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Clinton Outperforms Obama in WI Matchups; McCain Strongest Republican

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Hillary Clinton continues to outpoll all of her leading GOP rivals in matchup polls in the Badger State, according to a new SurveyUSA poll conducted November 9-11. Clinton also performs better than Barack Obama against these Republican contenders.

Overall, Clinton leads Rudy Giuliani, Mitt Romney, Mike Huckabee, and John McCain by an average of 11 points, whereas Obama's average lead is 8 points—including trailing McCain by 4 points.

* Clinton leads Giuliani 49-42 percent while Obama leads Giuliani 47-42 percent.
* Clinton leads Romney 53-37; Obama bests Romney by a 50-38 margin.
* Clinton leads McCain 47-45; McCain leads Obama 47-43.
* Clinton and Obama each lead Huckabee by 17 points, 53-36 and 52-35 respectively.

Clinton's 7-point lead over Giuliani is tied for the largest measured by SurveyUSA in 10 consecutive polls conducted in 2007 (Giuliani lead Clinton from February through April).

Obama also seems to be gaining ground on Giuliani in the three matchup polls between the two candidates conducted by SurveyUSA this year. Obama trailed the former New York mayor by 2 points in April, lead by 3 points in September, and now leads by 5 points in the new November poll.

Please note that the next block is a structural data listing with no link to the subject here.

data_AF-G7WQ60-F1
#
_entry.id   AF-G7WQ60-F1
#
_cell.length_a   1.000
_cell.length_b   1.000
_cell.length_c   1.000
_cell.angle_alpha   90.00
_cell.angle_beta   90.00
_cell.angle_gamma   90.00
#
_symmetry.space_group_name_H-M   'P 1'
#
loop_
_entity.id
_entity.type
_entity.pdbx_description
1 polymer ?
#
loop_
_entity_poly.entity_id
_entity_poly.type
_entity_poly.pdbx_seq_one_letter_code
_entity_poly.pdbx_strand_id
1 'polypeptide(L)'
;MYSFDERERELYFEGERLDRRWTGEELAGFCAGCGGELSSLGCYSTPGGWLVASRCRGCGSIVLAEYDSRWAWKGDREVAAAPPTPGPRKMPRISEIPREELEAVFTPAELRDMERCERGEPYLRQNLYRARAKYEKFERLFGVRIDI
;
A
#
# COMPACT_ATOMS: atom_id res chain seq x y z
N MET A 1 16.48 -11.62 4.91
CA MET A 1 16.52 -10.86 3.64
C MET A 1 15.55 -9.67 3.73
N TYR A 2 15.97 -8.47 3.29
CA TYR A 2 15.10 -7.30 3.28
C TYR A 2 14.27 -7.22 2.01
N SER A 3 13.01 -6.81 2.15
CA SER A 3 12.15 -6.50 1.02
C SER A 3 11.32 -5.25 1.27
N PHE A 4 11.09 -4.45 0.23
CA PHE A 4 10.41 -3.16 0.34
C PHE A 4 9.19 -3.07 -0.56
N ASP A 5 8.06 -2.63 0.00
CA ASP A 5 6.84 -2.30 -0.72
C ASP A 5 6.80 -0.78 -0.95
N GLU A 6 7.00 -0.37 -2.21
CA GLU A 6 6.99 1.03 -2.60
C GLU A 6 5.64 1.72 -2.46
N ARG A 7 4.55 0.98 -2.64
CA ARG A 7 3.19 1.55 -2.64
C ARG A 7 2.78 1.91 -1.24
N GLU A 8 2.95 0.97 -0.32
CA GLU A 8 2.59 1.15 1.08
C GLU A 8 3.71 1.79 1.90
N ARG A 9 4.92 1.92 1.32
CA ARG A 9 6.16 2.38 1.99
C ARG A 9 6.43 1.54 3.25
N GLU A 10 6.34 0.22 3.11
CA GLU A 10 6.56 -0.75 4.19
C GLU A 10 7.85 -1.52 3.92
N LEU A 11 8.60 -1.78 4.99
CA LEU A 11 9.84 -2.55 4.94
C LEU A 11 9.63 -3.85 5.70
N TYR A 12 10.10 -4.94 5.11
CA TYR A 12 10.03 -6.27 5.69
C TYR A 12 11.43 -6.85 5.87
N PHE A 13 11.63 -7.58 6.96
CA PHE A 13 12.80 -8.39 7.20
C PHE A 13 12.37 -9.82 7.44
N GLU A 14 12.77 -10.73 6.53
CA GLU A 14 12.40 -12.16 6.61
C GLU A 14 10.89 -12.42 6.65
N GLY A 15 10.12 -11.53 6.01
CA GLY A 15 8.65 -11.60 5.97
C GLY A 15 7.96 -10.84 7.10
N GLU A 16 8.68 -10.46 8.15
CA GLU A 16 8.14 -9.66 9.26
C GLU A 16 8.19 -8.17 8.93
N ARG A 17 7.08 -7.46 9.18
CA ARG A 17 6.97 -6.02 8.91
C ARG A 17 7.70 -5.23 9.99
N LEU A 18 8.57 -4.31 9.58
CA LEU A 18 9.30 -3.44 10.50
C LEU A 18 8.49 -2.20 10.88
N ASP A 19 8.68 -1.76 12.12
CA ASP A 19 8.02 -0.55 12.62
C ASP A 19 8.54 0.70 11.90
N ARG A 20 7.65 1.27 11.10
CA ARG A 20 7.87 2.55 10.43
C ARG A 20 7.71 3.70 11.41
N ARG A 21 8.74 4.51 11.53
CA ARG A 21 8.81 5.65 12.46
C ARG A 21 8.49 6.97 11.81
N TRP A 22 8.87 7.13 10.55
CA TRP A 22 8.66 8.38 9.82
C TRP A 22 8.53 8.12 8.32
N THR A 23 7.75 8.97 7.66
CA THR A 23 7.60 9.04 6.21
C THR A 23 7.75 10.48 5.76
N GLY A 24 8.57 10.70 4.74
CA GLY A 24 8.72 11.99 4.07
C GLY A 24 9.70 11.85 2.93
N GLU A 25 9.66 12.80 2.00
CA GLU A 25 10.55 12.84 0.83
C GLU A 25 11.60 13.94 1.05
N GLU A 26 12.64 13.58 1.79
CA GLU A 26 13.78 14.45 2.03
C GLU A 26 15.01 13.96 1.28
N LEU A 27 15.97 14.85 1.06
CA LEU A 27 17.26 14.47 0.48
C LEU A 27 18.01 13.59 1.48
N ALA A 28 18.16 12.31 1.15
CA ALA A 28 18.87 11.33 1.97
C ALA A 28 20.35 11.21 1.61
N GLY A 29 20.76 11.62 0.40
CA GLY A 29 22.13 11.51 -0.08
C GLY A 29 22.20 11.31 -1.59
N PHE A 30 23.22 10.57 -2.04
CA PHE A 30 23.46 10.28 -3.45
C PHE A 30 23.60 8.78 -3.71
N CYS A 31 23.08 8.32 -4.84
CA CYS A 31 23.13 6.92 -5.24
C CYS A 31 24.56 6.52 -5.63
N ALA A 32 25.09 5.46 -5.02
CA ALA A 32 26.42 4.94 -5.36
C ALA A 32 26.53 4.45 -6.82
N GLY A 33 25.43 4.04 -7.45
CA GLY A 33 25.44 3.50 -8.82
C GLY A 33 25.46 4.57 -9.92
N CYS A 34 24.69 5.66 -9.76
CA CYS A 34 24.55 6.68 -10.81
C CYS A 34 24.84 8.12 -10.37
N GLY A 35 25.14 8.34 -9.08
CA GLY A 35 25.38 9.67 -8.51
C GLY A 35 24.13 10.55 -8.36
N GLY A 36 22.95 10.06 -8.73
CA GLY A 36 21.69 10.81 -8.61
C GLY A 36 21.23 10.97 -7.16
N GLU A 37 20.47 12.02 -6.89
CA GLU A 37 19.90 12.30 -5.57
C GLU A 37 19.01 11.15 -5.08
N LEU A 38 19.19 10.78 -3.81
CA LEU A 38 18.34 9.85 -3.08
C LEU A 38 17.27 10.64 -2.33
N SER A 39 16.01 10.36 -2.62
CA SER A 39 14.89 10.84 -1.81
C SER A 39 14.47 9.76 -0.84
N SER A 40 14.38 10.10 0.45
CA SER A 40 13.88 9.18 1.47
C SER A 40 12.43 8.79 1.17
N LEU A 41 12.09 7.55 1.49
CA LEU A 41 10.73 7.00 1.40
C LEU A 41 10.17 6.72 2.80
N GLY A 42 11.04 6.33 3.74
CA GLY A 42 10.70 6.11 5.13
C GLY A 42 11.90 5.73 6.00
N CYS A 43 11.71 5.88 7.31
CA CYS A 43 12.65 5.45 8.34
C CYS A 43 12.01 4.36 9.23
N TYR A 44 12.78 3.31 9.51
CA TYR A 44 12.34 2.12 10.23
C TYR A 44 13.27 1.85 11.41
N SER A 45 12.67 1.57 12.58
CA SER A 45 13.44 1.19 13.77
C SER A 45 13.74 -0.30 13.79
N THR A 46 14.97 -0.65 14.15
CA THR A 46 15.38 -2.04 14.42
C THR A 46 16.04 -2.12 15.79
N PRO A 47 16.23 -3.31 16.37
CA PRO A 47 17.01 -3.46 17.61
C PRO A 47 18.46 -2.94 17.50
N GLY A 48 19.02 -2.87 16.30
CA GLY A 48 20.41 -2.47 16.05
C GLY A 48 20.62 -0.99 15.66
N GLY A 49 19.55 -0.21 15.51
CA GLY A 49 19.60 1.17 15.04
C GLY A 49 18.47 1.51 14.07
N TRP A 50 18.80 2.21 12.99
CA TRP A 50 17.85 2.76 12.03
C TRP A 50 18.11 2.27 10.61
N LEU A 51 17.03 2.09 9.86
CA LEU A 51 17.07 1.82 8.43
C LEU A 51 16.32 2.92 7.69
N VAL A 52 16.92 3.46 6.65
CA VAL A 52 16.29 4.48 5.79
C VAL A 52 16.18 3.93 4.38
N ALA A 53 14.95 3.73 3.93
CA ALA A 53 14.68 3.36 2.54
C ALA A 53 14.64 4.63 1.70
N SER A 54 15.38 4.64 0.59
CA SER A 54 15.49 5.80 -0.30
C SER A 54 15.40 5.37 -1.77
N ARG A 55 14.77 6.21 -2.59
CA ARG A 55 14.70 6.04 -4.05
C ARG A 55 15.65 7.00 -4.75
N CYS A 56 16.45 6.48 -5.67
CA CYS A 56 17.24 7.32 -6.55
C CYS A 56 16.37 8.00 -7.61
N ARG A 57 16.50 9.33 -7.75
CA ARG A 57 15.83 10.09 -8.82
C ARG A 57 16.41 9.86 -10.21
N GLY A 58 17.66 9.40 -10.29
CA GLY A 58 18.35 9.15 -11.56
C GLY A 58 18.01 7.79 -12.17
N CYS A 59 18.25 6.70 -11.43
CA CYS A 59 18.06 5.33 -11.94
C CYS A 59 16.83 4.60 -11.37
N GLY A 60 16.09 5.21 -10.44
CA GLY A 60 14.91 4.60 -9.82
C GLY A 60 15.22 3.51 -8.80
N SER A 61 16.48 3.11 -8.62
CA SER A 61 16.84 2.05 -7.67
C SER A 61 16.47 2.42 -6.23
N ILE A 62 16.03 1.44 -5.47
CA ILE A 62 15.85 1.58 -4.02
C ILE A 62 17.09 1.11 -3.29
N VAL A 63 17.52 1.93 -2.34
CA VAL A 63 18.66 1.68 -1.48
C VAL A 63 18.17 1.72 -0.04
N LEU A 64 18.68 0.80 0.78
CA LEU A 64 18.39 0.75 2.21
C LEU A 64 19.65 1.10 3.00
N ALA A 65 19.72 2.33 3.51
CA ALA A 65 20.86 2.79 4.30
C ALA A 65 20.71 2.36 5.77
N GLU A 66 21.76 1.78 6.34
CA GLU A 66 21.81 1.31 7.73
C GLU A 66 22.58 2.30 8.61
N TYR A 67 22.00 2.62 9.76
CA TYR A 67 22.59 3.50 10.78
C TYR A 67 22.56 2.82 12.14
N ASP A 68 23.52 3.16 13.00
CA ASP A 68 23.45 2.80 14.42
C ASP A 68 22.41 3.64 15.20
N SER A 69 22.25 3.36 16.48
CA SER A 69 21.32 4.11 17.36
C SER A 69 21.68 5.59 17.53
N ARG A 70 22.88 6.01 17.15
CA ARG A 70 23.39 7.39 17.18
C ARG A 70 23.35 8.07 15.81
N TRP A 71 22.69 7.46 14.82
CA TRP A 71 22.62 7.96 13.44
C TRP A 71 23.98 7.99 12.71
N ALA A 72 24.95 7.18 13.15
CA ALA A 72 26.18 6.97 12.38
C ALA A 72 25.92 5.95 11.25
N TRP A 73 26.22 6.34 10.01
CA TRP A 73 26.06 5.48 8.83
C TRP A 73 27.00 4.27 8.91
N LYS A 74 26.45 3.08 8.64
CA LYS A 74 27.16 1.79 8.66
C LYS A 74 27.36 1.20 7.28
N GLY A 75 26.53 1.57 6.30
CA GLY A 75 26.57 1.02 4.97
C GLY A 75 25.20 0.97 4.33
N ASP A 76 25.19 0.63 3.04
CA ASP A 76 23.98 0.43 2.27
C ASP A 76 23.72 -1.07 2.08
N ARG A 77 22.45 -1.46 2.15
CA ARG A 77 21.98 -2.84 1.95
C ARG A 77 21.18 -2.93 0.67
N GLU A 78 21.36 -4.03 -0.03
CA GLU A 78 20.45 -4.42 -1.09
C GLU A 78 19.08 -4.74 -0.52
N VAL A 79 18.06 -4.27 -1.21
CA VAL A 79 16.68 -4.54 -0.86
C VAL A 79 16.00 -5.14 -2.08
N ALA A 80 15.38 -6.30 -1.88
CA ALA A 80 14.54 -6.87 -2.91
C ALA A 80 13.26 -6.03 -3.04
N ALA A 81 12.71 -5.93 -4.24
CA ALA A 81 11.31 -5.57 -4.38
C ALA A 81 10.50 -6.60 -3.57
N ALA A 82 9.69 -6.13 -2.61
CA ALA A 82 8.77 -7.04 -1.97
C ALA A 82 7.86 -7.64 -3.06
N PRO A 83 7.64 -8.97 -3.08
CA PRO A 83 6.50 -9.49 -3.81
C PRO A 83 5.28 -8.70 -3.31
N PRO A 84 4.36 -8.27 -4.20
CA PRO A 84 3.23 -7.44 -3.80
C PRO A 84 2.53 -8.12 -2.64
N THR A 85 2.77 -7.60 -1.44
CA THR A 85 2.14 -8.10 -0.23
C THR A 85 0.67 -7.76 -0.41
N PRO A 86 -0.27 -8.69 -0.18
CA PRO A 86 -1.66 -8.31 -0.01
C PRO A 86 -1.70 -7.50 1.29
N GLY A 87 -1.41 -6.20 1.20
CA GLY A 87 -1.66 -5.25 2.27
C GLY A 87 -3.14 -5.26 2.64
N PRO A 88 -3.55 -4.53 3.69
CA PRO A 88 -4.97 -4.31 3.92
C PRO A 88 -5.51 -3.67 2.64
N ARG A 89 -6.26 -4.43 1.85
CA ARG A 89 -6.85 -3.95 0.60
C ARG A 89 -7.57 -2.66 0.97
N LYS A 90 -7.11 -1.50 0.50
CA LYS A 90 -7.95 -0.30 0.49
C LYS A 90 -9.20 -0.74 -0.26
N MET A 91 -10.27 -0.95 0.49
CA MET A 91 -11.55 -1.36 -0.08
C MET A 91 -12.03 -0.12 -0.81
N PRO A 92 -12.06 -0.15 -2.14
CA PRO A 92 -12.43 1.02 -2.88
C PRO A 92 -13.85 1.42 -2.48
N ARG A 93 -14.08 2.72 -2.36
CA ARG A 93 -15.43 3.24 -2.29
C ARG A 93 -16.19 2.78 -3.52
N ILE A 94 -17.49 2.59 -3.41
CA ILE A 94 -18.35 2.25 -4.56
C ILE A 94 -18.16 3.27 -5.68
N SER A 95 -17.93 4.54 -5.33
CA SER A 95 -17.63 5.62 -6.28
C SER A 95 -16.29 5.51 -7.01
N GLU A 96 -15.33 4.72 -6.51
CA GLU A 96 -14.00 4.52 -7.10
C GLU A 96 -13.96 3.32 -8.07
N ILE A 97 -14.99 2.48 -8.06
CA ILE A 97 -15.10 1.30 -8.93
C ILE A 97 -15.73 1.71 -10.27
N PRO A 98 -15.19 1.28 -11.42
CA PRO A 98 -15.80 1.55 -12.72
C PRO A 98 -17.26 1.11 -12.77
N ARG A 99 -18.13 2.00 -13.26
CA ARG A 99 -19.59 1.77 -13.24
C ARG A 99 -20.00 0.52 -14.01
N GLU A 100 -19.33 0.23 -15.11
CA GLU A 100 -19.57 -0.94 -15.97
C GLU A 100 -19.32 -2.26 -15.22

Despite being the strongest GOP candidate across battleground states, McCain's candidacy is plagued by his performance within his party to garner the Republican nomination. McCain polls 3rd or 4th in most national polls, and 5th in the state of Iowa, who will hold its cacuses on January 3rd.

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Remains of the Data

Plurality-Winning Governors Elected At Century-Long High Water Mark

The rate of gubernatorial candidates elected without the support of a majority of voters is at its highest level since the 1910s.

Political Crumbs

Seeing Red

Congressman Nick Rahall's failed bid for a 20th term in West Virginia this cycle, combined with a narrow loss by Nick Casey to Alex Mooney in Shelley Moore Capito's open seat, means that West Virginia Democrats will be shut out of the state's U.S. House delegation for the first time in over 90 years. The Republican sweep by two-term incumbent David McKinley in the 1st CD, Mooney in the 2nd, and Evan Jenkins over Rahall in the 3rd marks the first time the GOP has held all seats in the chamber from West Virginia since the Election of 1920. During the 67th Congress (1921-1923) all six seats from the state were controlled by the GOP. Since the Election of 1922, Democrats have won 76 percent of all U.S. House elections in the Mountain State - capturing 172 seats compared to 54 for the GOP.


Home Field Advantage?

When the 114th Congress convenes in a few days, Maine will be represented by one home-grown U.S. Representative: Waterville-born Republican Bruce Poliquin. With the departure of Millinocket-born Mike Michaud, who launched a failed gubernatorial bid, the Pine Tree State was poised to send a House delegation to D.C. without any Maine-born members for the first time since 1821. Three-term U.S. Rep. Chellie Pingree (born in Minnesota) coasted to reelection as expected, however Poliquin edged Kentucky-born Emily Cain by 5.3 points to keep the streak alive. Since 1876, a total of 208 of the 222 candidates elected to the nation's lower legislative chamber from the state have been born in Maine, or 94 percent.


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